One Republican group has reserved $6 million in television advertising time for the fall election season to help more than a dozen House GOP candidates, and about half the money will come from the nonprofit side of the organization that is not required to disclose its donors. The Congressional Leadership Fund and its nonprofit affiliate, the American Action Network, reserved the ad time in seven key media markets — which will also be likely battlegrounds for the presidential race — as a down payment for what is expected to be a much larger fall campaign to promote House Republicans. The move comes as congressional Democrats step up their criticism of nonprofit groups that shield their donors and that are playing an increasingly prominent role in House and Senate races. On Monday evening, Senate Republicans blocked consideration of a Democratic bill that would require those nonprofits to disclose the donors of every contribution of at least $10,000 that is used for political purposes. The DISCLOSE Act, as the proposal is known, failed on a vote of 51 to 44, falling short of the 60 votes needed to proceed to a full debate.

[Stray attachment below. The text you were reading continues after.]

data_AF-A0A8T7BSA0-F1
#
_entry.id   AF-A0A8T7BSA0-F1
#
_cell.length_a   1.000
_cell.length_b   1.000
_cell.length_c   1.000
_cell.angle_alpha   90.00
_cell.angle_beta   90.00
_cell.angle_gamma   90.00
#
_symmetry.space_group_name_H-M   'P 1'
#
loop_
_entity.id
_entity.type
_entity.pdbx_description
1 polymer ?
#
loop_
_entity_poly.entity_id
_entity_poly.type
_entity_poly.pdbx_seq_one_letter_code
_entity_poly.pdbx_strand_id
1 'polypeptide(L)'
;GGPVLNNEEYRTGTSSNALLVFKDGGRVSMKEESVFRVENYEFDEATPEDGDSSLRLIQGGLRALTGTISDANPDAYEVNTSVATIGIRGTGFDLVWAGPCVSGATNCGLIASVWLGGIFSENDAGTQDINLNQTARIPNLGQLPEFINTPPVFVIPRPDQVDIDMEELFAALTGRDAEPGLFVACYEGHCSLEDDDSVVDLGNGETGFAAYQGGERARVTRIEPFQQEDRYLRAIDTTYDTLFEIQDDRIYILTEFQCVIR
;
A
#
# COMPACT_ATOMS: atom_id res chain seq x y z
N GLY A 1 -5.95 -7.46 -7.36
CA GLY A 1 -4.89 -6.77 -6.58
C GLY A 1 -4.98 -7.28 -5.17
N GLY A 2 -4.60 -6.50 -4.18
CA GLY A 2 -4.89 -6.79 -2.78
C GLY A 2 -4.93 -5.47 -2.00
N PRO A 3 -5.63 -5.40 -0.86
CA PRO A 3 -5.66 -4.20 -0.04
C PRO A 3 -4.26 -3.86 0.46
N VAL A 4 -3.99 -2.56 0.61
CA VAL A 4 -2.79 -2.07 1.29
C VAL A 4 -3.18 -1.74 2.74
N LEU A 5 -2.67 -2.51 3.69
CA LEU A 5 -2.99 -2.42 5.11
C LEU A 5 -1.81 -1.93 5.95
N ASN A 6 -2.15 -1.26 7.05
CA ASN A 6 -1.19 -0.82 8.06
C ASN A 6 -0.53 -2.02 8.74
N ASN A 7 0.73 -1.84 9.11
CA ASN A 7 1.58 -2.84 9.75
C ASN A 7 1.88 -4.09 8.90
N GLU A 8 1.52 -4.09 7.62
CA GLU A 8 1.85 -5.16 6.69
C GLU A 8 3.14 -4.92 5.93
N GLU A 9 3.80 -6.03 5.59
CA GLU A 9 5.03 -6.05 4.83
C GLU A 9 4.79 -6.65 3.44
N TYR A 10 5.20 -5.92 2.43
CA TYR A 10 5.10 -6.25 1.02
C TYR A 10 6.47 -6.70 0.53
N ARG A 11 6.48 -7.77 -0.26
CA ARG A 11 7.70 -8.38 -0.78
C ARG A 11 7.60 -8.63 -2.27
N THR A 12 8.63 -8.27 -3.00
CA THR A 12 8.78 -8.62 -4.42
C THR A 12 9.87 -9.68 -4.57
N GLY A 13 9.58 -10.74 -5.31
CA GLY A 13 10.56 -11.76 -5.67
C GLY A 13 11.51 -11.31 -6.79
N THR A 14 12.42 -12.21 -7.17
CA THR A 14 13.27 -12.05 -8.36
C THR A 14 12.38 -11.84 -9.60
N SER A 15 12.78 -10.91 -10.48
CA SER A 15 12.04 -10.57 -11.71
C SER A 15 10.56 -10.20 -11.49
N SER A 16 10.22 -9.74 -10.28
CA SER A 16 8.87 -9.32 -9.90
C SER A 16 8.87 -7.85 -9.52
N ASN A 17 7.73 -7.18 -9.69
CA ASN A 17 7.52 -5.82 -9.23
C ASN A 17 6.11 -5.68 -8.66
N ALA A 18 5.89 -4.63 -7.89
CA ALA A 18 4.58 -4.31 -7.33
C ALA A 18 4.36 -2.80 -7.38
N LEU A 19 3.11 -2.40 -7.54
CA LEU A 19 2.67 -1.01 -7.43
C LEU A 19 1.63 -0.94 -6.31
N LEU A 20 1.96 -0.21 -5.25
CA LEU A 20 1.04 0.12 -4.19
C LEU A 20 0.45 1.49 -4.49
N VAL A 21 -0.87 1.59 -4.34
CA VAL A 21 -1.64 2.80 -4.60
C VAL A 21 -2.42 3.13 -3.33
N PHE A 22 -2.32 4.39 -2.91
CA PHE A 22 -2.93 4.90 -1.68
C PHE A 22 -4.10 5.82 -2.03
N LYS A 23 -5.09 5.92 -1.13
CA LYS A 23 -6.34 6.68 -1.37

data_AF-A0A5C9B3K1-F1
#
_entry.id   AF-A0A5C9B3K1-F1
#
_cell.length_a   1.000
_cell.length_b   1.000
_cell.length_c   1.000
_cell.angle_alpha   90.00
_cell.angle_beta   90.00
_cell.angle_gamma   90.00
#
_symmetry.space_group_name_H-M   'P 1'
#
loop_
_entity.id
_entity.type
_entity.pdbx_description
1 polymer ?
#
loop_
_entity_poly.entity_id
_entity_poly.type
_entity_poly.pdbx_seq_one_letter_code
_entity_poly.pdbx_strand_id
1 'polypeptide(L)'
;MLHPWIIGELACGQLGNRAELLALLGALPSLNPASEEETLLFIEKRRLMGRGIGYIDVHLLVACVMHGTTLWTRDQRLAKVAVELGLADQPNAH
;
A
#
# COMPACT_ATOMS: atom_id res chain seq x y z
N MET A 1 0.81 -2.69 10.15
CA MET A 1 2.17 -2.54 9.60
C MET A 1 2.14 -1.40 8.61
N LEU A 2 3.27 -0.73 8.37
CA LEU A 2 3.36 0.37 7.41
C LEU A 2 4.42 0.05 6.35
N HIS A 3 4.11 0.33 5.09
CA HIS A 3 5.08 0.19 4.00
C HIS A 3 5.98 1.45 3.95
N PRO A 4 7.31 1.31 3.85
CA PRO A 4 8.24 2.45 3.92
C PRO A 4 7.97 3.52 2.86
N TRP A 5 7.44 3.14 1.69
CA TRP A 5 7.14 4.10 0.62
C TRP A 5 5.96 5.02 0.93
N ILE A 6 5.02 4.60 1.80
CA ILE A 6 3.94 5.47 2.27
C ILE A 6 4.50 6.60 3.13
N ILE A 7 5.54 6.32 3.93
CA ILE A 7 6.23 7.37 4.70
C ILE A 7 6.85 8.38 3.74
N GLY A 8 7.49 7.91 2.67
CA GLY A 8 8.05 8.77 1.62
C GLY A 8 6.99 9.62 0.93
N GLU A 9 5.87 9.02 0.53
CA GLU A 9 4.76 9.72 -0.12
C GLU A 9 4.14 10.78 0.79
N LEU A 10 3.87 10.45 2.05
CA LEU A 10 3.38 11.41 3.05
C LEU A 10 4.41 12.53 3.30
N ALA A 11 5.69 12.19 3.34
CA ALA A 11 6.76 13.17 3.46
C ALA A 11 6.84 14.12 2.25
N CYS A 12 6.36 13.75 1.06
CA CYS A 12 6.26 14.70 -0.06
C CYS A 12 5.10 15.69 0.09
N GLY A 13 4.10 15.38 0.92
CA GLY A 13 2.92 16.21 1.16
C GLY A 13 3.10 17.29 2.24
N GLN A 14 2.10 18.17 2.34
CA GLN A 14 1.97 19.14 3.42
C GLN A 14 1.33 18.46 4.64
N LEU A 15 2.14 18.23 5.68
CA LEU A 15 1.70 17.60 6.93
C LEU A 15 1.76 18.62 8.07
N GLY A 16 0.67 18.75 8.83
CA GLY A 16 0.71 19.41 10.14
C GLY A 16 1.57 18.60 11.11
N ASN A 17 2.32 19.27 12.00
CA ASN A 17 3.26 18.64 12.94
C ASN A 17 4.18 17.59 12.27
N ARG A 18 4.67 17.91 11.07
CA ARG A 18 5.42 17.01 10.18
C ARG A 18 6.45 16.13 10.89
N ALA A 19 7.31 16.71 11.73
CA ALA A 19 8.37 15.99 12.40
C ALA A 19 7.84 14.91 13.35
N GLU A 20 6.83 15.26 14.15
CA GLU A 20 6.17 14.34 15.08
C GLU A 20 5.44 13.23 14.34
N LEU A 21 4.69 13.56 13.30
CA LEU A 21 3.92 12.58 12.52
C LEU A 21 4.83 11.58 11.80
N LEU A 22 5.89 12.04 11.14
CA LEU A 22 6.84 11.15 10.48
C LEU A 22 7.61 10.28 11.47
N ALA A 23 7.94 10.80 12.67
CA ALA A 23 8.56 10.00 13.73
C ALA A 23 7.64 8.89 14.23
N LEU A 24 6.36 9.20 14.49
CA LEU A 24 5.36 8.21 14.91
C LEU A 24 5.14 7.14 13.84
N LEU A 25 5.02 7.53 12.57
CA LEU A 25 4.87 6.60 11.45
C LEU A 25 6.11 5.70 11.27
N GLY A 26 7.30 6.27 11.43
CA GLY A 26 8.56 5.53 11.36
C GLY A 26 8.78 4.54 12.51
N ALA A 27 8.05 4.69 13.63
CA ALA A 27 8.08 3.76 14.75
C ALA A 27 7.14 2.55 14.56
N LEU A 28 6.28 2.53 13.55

Senate Majority Leader Harry M. Reid (D-Nev.) had tried, and failed, earlier to require nonprofits to reveal their donors after a 2010 Supreme Court ruling allowed corporations, unions and other special interests to spend money directly advocating individual candidates in elections.
That ruling prompted the creation of super PACs, political action committees that have collected six- and seven-figure checks from the wealthiest donors to push candidates in the presidential and congressional elections. For instance, one super PAC that supported former House speaker Newt Gingrich’s failed bid for the GOP presidential nomination took in $21 million from the Adelson family of Las Vegas. All donations to super PACs must be disclosed. But most of these PACs also have an arm that is formed under the 501c(4) section of the tax code, which allows for a slightly less aggressive political posture and does not require donations to be revealed.
Full Article: As DISCLOSE Act stalls, Super PAC reserves $6 million in ad time for House races – The Washington Post.